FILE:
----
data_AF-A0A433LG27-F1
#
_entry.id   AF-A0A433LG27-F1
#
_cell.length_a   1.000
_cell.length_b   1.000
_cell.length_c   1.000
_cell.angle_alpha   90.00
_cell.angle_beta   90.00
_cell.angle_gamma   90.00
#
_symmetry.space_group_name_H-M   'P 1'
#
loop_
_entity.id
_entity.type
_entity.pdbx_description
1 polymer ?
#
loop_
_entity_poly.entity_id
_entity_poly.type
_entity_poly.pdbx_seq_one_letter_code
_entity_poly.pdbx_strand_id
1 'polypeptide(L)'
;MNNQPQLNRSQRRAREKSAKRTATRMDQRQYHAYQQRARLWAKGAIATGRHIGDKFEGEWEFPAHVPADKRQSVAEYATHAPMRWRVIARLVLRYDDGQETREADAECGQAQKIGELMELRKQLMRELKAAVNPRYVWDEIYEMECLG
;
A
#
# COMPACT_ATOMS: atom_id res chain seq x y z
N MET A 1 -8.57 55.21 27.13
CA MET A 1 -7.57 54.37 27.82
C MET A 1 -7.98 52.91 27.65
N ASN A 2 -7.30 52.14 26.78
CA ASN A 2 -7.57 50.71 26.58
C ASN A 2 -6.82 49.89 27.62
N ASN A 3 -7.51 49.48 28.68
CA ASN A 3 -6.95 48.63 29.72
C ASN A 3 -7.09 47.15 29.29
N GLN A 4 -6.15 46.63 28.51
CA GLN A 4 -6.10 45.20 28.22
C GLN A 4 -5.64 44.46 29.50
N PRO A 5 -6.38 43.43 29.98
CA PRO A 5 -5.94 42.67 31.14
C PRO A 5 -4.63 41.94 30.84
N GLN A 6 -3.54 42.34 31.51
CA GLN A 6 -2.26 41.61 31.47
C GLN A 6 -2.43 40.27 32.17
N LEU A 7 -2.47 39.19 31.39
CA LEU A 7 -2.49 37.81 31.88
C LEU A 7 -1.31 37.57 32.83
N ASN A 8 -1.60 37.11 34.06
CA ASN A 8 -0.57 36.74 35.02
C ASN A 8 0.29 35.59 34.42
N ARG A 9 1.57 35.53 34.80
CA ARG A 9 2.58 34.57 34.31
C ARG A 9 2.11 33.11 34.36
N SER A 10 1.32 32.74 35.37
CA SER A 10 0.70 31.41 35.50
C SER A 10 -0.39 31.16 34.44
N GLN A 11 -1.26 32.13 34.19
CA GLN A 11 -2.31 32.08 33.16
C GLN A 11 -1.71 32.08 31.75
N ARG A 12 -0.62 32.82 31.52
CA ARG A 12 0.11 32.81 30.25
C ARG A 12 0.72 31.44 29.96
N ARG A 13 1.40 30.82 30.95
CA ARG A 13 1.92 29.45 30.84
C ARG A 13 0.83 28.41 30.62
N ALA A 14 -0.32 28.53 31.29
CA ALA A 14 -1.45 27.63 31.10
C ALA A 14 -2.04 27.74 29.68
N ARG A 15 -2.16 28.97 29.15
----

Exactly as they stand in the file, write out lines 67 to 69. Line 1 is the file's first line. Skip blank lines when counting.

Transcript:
N ARG A 13 1.40 30.82 30.95
CA ARG A 13 1.92 29.45 30.84
C ARG A 13 0.83 28.41 30.62